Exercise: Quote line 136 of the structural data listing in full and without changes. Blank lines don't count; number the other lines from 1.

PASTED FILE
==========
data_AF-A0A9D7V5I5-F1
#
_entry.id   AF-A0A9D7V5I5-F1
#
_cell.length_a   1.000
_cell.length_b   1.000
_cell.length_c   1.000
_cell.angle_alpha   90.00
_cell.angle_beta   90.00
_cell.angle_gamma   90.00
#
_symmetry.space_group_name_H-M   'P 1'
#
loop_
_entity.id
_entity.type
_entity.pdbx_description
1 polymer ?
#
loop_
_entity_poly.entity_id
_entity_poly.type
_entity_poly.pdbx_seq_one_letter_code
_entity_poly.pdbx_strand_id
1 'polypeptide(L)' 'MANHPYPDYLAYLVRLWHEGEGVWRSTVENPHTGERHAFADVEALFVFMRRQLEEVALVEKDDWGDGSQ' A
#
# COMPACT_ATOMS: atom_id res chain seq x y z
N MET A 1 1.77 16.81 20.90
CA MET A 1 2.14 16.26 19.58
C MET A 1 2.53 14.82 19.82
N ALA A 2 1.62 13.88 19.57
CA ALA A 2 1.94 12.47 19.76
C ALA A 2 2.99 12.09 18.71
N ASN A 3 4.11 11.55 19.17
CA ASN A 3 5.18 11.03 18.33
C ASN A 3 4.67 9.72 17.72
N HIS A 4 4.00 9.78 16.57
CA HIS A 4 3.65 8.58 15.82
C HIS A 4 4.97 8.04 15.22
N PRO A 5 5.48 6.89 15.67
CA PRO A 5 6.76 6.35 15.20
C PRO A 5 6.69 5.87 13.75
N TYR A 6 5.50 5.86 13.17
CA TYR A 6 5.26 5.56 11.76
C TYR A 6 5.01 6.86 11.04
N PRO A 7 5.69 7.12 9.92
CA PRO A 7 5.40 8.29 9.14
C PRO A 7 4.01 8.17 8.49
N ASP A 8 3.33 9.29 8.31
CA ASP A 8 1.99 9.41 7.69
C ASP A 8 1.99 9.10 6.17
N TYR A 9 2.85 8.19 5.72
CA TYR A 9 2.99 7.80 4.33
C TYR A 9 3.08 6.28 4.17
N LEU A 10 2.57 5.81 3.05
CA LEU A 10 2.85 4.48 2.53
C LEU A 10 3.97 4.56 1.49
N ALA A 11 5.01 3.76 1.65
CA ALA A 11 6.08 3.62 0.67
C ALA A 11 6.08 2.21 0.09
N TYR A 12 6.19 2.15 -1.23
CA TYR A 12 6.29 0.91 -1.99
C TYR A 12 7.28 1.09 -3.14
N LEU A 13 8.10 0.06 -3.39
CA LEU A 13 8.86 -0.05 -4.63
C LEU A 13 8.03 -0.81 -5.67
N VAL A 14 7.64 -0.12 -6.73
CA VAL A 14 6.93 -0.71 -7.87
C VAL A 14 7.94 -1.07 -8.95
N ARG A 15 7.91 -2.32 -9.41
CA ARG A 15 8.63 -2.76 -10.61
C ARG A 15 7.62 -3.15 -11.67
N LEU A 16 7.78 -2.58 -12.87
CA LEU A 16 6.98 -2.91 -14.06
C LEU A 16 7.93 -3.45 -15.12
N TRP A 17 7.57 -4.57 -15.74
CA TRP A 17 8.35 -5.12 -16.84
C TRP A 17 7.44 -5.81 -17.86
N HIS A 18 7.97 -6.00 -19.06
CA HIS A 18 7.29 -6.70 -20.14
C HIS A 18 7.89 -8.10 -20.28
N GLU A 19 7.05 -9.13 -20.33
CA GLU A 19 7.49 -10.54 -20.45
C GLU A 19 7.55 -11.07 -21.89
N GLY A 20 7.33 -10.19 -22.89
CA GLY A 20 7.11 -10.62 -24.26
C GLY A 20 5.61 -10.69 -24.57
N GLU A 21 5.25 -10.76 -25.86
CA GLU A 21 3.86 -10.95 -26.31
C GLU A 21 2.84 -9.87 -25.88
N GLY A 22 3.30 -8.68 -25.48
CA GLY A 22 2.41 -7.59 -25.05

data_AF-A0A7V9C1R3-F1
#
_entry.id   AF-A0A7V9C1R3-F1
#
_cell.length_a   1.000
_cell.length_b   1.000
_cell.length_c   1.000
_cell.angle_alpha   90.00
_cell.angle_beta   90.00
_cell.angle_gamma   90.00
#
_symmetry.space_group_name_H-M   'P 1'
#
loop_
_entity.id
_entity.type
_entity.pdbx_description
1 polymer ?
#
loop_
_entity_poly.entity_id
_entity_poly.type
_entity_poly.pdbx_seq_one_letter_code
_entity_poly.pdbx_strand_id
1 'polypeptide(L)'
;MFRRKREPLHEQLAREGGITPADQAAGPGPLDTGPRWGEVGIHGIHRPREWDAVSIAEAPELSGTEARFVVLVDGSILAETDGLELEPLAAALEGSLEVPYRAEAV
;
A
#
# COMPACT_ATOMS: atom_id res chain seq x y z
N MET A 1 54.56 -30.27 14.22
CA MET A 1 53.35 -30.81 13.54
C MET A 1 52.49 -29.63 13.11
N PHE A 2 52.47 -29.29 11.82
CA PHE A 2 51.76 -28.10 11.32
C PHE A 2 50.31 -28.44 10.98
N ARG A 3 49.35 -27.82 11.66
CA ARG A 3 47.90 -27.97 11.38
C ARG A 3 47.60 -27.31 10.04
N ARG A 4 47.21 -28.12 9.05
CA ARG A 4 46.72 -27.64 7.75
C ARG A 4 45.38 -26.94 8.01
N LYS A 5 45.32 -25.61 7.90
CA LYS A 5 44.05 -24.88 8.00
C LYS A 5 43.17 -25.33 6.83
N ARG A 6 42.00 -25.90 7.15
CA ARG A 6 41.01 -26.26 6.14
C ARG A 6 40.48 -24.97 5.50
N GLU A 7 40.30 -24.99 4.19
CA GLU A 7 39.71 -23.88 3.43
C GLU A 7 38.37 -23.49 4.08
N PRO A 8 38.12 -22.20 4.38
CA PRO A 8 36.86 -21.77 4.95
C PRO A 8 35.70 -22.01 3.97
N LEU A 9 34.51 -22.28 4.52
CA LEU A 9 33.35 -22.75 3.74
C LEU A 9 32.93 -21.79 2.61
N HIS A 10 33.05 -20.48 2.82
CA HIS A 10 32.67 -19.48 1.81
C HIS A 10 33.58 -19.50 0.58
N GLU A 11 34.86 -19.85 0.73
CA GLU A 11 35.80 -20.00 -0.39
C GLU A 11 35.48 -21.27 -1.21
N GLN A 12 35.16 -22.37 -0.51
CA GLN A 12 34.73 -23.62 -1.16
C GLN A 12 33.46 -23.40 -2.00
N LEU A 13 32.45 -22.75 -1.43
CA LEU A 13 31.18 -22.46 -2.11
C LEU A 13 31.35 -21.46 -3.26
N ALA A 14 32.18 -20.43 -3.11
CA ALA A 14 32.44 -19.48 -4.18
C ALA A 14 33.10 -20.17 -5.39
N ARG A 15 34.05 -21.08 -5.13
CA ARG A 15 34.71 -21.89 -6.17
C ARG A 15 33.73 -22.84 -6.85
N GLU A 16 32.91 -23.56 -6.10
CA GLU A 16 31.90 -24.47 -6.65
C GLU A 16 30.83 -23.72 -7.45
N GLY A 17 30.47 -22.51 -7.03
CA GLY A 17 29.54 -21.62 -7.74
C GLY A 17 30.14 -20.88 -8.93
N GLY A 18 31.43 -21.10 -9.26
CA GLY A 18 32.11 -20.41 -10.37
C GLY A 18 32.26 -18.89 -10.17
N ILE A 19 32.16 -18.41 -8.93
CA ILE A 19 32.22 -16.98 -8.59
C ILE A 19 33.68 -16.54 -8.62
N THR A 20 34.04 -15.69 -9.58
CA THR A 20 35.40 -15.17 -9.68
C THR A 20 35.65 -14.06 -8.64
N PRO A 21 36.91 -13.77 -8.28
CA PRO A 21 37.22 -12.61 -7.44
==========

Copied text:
CA LYS A 5 44.05 -24.88 8.00